Social Security and Air Force retirement


Q: I was involuntarily retired from the Air Force because of an injury received while at work. It was a gradual process.

I was injured (torn ACL in my left leg) in 1998. I was then returned to work. The ACL repair wasn’t successful, so I underwent a second surgery in 2001. I started rehabilitation but did not complete it.

I was then moved into a supply position. I underwent a third surgery in 2003. I started rehabilitation and I completed it according to the rehabilitation specialist’s instruction. However, he (DOL) insisted that I pay for everything and assured me that he (DOL) would pay me back. I’ve never gotten paid back and the institutions that I learned from never got paid by DOL either. Therefore, they want their money, from me.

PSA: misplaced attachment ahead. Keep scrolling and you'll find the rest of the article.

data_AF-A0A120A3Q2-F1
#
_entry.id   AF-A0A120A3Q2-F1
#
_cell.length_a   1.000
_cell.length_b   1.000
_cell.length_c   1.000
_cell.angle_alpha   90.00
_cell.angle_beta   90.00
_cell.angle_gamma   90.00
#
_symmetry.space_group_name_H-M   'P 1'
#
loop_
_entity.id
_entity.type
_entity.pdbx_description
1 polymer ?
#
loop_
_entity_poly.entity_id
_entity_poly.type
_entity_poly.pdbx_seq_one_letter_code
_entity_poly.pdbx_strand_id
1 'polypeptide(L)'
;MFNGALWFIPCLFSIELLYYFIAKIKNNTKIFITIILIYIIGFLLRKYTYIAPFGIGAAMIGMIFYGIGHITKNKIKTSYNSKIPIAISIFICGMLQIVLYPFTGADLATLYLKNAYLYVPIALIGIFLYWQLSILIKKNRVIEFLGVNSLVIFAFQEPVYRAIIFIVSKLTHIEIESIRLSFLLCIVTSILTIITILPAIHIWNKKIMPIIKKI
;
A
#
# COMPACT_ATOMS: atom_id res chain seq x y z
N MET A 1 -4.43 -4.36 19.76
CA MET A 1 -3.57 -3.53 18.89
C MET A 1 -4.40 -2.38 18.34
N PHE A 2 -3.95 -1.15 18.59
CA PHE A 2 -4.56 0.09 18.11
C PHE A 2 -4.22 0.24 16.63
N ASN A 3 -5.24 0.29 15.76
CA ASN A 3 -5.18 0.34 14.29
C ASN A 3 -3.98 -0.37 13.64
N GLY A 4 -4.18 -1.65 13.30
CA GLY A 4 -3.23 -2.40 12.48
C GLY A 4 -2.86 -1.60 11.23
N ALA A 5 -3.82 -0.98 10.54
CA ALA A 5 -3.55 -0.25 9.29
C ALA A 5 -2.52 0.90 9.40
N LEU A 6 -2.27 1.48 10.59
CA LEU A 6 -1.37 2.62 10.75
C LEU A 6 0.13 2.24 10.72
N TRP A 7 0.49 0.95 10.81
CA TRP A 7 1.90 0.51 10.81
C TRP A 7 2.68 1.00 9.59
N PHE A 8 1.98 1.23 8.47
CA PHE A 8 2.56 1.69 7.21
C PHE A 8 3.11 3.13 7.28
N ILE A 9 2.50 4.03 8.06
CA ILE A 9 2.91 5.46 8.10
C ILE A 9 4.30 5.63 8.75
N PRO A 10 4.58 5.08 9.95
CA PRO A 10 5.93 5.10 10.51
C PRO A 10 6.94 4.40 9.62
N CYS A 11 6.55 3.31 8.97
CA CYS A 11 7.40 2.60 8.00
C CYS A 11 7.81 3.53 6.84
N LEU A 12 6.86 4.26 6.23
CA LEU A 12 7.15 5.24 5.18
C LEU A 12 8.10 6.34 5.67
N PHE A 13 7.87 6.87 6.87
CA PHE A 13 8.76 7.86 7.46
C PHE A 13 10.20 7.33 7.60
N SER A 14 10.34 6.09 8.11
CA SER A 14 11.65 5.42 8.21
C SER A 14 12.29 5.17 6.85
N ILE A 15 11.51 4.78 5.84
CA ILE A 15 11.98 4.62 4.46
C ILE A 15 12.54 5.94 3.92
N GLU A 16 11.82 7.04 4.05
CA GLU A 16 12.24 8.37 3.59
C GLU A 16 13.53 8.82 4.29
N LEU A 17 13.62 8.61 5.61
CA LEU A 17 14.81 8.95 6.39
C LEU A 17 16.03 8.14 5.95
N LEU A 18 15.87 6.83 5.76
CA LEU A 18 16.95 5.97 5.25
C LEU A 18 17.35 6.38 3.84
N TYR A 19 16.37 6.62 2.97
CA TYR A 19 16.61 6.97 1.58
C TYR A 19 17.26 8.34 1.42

I had two more surgeries, one on each hand, in 2004.

Finally, they decided that the workplace physical requirements were more than I could perform and retired me.

I’ve tried to get Social Security, but because I have an education higher than high school (via my rehabilitation) I’m not eligible.

My question is, since I’ve been unemployed for more than four years and applied for more than 4,000 jobs, how do I get Social Security? My civil service retirement paperwork was accepted but I’m still on workers’ compensation and can’t get Social Security. Do you know of anything that might help me?

A: Go to and download a copy of the Social Security Administration’s pamphlet on disability retirement. It will tell you what conditions qualify for disability retirement and how to file for disability benefits. I could find nothing in that publication that would disqualify you solely on the basis of your educational level.


About Author

Reg Jones was head of retirement and insurance policy at the Office of Personnel Management. Email your retirement-related questions to

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